An incredibly wide array of mental illnesses are grouped into these categories for possible causes and analyzed intensively. The array of mental disorders includes but is not limited to OCD, bipolar disease, schizophrenia, depressions, anxiety, PTSD, dementia, Alzheimer’s, other neurological disorders, ADHD, substance abuse, eating disorders, etc.

(3) The scientific researchers offer an extensive analysis with a clear attempt to discuss the wide array of several known mental disorders. Meanwhile, the Forbes article focuses on a few disorders and exaggerates the idea of “doubt” in the biological side of mental disorders.

The author of the Forbes article does address the importance of biology but appears to have selectively chosen aspects of the research to ‘frame’ their argument in a certain light. The scientific research continues to respect, address and discuss the deeply biological side of many of these disorders but analyzes the complex relationships of these disorders and calls for a more multi-disciplinary approach to understand the causes of and effective treatments for mental illnesses (that incorporates a sociocultural and evolutionary understanding in addition to, not in spite of, the biological research).

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Greta Thunberg wins Time Person of the Year

Recently Greta Thunberg won the Time person of the year for her climate change advocacy. I was very inspired that she won this award because she has been making bold moves to highlight one of the biggest issues facing our world today. I admire her brave and extreme ways she attempts to get the world to focus on climate change more than it is currently. I am amazed by all the incredible ways she has raised awareness at such a young age. I think she was incredibly deserving of the honor and I hope that by her receiving this award, more people begin to realize just how important climate change is.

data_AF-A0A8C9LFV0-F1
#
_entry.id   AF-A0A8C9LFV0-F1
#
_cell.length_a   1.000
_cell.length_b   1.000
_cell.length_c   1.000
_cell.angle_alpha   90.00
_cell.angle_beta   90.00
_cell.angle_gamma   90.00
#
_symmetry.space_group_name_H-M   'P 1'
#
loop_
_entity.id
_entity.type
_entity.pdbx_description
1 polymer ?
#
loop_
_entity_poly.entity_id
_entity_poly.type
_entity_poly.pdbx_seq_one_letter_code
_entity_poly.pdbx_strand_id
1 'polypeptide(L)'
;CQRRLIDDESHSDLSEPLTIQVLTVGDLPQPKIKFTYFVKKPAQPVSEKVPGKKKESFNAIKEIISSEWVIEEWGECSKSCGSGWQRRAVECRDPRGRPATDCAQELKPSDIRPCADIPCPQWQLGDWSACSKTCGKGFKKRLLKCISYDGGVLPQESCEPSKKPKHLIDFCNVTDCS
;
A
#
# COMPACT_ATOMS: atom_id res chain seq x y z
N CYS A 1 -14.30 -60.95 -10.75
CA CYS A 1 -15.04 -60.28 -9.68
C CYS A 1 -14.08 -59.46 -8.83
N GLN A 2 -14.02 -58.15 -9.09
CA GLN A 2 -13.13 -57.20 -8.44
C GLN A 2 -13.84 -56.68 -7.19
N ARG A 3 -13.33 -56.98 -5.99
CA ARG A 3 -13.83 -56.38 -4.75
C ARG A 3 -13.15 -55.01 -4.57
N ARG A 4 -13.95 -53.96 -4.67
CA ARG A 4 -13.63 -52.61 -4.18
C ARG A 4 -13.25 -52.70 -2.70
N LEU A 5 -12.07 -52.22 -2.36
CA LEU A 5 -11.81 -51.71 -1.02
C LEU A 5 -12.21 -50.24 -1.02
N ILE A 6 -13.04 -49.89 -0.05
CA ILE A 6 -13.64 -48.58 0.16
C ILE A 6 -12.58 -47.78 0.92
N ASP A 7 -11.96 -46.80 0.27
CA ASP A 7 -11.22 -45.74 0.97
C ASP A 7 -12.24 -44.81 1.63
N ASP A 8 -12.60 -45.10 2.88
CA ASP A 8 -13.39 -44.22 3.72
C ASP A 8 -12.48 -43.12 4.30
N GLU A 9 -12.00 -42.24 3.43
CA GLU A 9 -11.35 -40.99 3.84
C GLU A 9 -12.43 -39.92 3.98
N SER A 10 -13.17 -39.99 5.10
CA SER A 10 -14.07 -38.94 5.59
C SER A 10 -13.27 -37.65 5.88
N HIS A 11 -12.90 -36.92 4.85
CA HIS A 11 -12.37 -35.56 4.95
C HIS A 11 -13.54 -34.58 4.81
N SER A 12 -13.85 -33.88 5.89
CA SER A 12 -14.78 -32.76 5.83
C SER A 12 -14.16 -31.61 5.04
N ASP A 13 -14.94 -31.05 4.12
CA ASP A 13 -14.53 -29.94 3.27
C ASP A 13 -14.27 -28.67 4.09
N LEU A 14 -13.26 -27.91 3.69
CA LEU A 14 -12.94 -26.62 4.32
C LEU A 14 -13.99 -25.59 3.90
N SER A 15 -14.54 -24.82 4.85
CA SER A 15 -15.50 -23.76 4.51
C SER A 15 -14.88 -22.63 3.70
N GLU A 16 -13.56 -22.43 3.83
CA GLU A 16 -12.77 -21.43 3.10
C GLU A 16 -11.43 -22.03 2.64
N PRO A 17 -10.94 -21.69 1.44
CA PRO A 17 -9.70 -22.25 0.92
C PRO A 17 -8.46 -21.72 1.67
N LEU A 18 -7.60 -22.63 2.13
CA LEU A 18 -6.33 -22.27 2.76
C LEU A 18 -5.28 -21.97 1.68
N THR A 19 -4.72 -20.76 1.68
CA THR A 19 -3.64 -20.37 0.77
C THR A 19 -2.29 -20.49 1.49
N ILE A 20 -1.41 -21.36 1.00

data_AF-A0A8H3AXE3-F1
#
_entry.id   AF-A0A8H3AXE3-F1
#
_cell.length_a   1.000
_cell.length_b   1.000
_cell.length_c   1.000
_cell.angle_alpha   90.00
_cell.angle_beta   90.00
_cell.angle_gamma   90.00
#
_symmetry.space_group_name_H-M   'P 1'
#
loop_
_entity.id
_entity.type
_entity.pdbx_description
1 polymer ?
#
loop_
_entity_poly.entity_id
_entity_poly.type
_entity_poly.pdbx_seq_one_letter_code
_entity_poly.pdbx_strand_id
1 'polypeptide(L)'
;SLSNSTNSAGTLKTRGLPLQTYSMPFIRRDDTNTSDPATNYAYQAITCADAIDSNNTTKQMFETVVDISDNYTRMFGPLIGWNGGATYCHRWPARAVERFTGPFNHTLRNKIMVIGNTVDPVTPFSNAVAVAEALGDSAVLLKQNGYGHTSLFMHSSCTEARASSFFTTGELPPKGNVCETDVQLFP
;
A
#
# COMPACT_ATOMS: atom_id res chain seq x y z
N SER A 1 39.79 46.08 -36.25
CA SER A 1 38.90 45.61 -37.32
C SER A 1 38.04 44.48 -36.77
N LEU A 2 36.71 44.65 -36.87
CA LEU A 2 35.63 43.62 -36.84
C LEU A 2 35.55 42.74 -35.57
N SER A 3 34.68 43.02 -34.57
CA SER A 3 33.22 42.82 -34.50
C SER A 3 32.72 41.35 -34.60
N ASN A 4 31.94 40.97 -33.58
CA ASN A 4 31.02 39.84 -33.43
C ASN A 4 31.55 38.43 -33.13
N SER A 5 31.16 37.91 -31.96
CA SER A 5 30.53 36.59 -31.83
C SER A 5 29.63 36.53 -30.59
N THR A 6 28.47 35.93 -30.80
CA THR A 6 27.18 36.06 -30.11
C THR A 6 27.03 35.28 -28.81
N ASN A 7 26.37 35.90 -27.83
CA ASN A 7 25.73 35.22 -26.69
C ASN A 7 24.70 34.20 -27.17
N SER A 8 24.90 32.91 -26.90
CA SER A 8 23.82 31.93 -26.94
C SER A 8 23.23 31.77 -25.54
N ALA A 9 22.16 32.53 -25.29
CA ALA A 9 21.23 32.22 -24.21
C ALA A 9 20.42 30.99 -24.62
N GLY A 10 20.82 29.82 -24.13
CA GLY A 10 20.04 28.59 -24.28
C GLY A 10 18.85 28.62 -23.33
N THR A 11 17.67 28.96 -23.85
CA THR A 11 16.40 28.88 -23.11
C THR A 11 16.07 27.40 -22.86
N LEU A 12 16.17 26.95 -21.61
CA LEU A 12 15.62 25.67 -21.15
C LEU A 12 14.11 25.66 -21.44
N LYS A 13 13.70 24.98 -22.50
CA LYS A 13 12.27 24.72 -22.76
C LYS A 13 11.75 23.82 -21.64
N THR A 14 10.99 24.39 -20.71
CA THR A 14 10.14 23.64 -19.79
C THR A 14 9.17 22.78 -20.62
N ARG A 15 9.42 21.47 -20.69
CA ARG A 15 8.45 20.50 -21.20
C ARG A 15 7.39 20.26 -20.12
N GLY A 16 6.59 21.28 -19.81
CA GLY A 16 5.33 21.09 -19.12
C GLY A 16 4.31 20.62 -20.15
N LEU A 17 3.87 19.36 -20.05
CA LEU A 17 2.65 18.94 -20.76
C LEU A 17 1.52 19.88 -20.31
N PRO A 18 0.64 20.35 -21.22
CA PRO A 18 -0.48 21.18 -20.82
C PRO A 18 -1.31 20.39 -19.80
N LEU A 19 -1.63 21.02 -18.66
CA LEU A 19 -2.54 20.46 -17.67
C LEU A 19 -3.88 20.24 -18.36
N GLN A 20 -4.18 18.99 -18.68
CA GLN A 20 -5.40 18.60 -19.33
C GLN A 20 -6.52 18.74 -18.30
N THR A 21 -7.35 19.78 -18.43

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Peter Singer’s “A Life You Can Save”

I recently read a book by a controversial philosopher Peter Singer called The Life You Can Save. The book is not solely focused on international issues but brings an interesting perspective on how people choose to spend their money. Peter Singer brings up an interesting thought experiment. In it, he asks if you were walking by a pond and saw a child drowning, would you save the child even if you were wearing an expensive suit. Most people clearly save the child in this situation. He then proposes the idea that we make a decision like this every day. There are a lot of people facing extreme poverty throughout the world and at the same time, there are many effective charities that can prevent the loss of life to basic problems such as malaria or inadequate nutrition. Singer suggests that since most people in developed countries have a surplus of income and resources, we should be contributing a much higher proportion of our income to the extremely poor. Singer brings up an interesting point; people are much more willing to help people in need that we see but are unable to think abut the extreme poverty in other countries. This simple argument caused me to change my whole perspective as I go into my future career and caused me to rethink my giving when it comes to global poverty.

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Rafiki Screening